Cenovus chief urges Trudeau to pay for greening of Canada’s oil sands

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Oil & Gas industry updates

Canada’s government should pay for up to 70 per cent of a proposed C$75bn ($60bn) project to decarbonise the country’s controversial oil sands and protect a critical engine of the country’s economy, one of the proposal’s backers said.

“If we’re able to solve the puzzle of making Canadian oil significantly lower carbon intensive”, the oil would be the “cleanest in the world”, Alex Pourbaix, chief executive of Cenovus Energy, the country’s second-largest oil producer, told the Financial Times.

But Justin Trudeau’s Liberal government, which last year committed Canada to slashing emissions by 40-45 per cent below its 2005 levels by 2030, must pay up to make it happen, he argued.

“It’s going to take tens of billions of dollars over 30 years to decarbonise [our oil] industry,” said Pourbaix. “But at the same time that will protect something in the range of C$3tn of GDP.”

Pourbaix and industry group the Canadian Association of Petroleum Producers (Capp) also urged the federal government to extend tax credits to oil companies that would use captured carbon to produce more oil.

The calls for federal funding will complicate matters for Trudeau amid criticism that Canada is not moving quickly enough to meet its climate targets while his government defends its high-emissions oil industry, the biggest petroleum exporter to the US.

Despite imposing an aggressive carbon tax regime, the federal government lobbied for the controversial Keystone XL pipeline from Alberta to Texas — which was cancelled by US President Joe Biden earlier this year — and is funding another export pipeline development from the oil sands to Canada’s west coast.

“Our prosperity and our economy are still highly dependent on” the oil sector, Seamus O’Regan, the country’s Liberal federal resources minister said in a recent interview with the FT. “It is what we do.”

Last month Cenovus joined the four other largest producers in Canada’s oil and gas sector, the biggest single contributor to the country’s greenhouse gas emissions, to propose a vast carbon capture, utilisation and storage (CCUS) project they said was “the only realistic proposal” to curb pollution.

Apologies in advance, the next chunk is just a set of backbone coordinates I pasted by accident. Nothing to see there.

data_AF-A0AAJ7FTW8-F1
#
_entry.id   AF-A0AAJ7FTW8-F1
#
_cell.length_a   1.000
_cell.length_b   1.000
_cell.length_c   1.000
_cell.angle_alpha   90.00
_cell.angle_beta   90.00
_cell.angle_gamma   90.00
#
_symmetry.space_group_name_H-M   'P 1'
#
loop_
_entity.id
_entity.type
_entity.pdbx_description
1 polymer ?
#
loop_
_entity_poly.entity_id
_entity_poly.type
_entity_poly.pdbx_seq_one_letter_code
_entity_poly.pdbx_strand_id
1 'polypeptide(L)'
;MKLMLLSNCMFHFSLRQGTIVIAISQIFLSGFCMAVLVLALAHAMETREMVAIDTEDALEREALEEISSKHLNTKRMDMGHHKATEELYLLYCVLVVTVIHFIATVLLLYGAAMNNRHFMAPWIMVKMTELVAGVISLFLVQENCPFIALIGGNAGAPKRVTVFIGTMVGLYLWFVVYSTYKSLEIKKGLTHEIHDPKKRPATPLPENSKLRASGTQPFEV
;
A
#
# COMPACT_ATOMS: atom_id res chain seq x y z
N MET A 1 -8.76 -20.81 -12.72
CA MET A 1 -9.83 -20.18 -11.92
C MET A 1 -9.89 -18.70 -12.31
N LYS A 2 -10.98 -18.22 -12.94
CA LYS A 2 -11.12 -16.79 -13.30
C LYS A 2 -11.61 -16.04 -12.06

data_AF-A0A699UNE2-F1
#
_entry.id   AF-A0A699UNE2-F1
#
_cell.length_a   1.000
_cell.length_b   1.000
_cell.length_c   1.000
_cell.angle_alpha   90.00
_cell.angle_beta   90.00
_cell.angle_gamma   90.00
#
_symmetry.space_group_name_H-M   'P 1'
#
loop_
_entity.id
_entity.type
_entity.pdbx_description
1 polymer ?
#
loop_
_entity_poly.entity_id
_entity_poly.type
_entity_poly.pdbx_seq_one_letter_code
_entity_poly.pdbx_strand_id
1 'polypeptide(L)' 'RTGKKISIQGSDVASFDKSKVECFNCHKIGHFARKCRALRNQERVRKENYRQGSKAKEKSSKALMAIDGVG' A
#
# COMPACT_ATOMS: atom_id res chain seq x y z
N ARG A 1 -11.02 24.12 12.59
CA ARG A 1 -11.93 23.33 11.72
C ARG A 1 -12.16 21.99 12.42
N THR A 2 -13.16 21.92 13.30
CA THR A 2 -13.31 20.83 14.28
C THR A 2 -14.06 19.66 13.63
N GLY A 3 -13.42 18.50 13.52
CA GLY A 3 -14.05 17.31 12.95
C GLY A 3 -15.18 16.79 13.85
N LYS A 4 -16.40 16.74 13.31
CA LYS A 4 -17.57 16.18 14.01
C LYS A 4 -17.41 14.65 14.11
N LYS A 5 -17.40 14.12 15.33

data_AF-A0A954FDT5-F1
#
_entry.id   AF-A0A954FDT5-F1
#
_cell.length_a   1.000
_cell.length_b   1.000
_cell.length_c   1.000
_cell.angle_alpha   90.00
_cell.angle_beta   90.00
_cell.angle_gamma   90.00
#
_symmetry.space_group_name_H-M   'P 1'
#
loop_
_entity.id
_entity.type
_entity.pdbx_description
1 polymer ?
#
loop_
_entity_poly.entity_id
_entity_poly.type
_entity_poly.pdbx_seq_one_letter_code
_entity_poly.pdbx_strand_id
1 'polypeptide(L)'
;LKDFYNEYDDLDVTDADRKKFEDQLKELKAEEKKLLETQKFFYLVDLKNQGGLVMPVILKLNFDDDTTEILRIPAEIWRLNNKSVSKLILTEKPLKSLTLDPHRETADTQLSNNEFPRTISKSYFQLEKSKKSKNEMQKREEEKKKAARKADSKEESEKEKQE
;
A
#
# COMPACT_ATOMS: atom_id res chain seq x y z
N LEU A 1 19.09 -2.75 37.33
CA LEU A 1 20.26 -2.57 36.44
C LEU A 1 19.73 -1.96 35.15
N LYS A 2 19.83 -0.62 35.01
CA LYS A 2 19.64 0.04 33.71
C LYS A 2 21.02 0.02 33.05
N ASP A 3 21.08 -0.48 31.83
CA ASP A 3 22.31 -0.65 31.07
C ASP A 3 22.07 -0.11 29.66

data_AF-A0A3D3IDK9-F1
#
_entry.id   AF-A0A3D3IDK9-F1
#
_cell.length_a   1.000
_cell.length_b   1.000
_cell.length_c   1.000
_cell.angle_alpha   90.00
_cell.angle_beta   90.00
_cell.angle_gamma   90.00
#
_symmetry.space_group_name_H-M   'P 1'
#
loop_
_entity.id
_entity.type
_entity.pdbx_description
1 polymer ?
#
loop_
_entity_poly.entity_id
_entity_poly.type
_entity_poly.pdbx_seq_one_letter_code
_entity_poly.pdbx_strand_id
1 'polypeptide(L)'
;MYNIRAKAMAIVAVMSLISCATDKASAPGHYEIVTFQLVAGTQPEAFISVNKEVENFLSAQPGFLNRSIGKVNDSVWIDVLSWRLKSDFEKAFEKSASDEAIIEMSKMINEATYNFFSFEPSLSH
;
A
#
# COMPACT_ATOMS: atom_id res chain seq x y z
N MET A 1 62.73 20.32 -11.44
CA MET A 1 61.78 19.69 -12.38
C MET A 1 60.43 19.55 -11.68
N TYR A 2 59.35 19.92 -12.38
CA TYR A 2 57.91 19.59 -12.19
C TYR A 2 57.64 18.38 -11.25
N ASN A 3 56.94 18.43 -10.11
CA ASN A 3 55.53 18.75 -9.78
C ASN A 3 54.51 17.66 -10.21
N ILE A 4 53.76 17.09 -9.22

Critics of CCUS say the technology, mentioned for years as a solution to emissions, remains too expensive to achieve the scale needed.

Pourbaix said it showed operators were now “attuned to where the world is moving”.

The proposal includes installation of a trunk line capturing carbon from oil sands projects and other industries near Fort McMurray, in northern Alberta, and storing it further south near Cold Lake.

The proposal came as the Canadian government mooted an investment tax credit designed to accelerate development of a domestic CCUS industry. The credits are due to begin next year.

Pourbaix urged the federal government to reverse a decision to exclude enhanced oil recovery — a method of reinjecting the captured CO2 to help produce more oil — from the tax incentive scheme, saying the EOR could make the CCUS projects economic “right out of the chute”.

Tim McMillan, Capp’s chief executive, welcomed the federal government’s focus on CCUS to help meet its emissions goal, but said “excluding EOR from the federal programme will create substantial challenges to the government in reaching this goal”.

A spokesperson for O’Regan’s office said CCUS was “one of many technologies that will get us to net zero by 2050”, but did not say if the federal government would help pay for the oil sands companies’ proposed project. The government has set aside $319m for research into CCUS and is working on a new strategy to promote it.

The oil sands sector is recovering from last year’s crash. But operators continue to face opposition from climate activists and environment-focused investors because of the higher emissions associated with producing the heavy, bituminous oil found in northern Alberta and Saskatchewan.

International oil supermajors, including Shell, TotalEnergies and Equinor, have pulled investment from the region, home to the world’s third-biggest oil deposit.

Alberta’s provincial government has fought aggressively to protect the sector, including a recent failed legal challenge to stop the federal carbon tax.

Pourbaix said he supported the new carbon pricing scheme and his company has a “long-term ambition” to achieve net zero emissions from its operations. But like other oil sands operators, Cenovus would not commit to a net zero target for its so-called scope 3 emissions — the pollution caused by the burning of the products its sells.

“Scope 3 is largely the responsibility of consumers,” said Pourbaix. “And kind of absolving the consumer of accountability for this doesn’t make sense.”

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